Chinese Banks & the sub-prime market - part 1/2 - Avoiding the crunch

Written by || August 14 2007

Losses through the week in major indices around the world and indeed in emerging market countries in Asia, have chipped away yearly gains that most indices have chalked up this year. China's Shanghai index however is up nearly 78% on the year. How is it possible?


In a bit of an ironic twist, as it's actually China's much criticized capital controls. Whether inadvertently or through a masterstroke of economic policy, the Shanghai market has remained relatively untouched by the sub-prime mess due to capital controls on the front end, limiting international investment in the stock market and on the back-end preventing outflow of billions of yuan invested in the Chinese market.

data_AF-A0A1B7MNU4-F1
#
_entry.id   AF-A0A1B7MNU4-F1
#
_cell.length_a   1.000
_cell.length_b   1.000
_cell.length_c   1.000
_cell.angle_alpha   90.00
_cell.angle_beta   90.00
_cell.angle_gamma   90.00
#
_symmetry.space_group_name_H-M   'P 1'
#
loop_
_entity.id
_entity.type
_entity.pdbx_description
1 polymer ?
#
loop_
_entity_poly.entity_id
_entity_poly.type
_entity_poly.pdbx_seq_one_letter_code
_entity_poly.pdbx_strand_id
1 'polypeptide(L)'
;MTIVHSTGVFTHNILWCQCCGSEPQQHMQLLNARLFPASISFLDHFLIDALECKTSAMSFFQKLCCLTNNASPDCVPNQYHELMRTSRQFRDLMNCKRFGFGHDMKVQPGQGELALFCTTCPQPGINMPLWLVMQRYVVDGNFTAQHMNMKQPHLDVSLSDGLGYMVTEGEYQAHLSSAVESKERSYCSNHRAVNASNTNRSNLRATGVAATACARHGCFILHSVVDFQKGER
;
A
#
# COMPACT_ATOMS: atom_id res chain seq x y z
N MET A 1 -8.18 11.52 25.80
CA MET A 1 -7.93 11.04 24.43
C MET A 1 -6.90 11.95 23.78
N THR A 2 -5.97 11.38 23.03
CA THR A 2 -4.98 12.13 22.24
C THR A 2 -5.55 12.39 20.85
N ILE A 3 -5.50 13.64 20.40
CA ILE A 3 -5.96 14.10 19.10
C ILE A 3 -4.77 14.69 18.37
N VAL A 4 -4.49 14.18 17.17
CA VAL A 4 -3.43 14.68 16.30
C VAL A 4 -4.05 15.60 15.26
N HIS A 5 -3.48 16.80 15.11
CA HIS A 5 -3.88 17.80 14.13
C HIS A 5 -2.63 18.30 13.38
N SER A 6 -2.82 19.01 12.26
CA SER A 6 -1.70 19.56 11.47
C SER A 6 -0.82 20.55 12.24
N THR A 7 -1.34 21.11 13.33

Typically when a crisis strikes similar to the current sub-prime fiasco or the Asian crisis in 1997-98 or even more frequently when the market is going through a period of doubt, emerging markets are the first to go because of the higher risk involved. In this case however, moving large amounts of money outside of China just isn’t possible. So while other indices like the Jakarta composite drop 6% in one day and are close to setting 6 month lows, the Shanghai index marches on.

China leaving the subprime mess unscathed will likely result in increased anti-China rhetoric from US presidential candidates as the Dow slips below 13,000 into pre-May 07 territory and more fingers are pointed at China using capital controls to the detriment of the US economy when in fact much of the US macroeconomic issues are tied to domestic US fundamentals.